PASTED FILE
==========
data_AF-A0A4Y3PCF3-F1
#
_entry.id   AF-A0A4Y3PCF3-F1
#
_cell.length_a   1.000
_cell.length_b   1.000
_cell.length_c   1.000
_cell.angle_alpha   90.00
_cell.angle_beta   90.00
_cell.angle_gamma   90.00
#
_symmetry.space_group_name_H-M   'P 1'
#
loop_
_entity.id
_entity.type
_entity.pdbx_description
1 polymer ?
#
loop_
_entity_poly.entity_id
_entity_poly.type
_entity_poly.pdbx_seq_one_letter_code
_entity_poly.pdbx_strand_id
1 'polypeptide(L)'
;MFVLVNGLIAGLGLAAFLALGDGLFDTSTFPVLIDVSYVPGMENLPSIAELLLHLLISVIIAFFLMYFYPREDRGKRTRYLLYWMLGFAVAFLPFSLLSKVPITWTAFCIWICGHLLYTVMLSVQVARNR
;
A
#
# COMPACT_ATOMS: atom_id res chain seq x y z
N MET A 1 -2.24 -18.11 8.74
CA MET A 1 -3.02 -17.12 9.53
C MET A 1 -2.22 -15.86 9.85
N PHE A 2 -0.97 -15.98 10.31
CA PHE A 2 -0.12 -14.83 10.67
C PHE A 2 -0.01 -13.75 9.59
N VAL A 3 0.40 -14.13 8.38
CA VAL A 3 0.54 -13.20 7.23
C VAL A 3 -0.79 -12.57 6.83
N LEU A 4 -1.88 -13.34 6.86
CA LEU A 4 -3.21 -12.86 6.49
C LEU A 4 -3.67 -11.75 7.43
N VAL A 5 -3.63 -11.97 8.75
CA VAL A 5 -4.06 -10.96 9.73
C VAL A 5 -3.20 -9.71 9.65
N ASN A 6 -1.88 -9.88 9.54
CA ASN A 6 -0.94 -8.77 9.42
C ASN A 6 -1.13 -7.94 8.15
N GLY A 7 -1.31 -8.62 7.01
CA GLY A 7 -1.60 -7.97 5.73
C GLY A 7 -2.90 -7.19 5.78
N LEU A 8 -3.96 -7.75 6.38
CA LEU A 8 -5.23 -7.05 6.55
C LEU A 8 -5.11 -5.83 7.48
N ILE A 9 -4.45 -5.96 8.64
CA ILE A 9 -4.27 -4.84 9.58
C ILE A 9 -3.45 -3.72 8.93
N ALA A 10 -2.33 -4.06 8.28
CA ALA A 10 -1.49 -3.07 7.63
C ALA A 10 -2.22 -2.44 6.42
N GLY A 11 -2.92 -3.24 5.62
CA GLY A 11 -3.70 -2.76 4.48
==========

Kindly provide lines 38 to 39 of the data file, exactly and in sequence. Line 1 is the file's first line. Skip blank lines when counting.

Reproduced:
CA VAL A 3 0.54 -13.20 7.23
C VAL A 3 -0.79 -12.57 6.83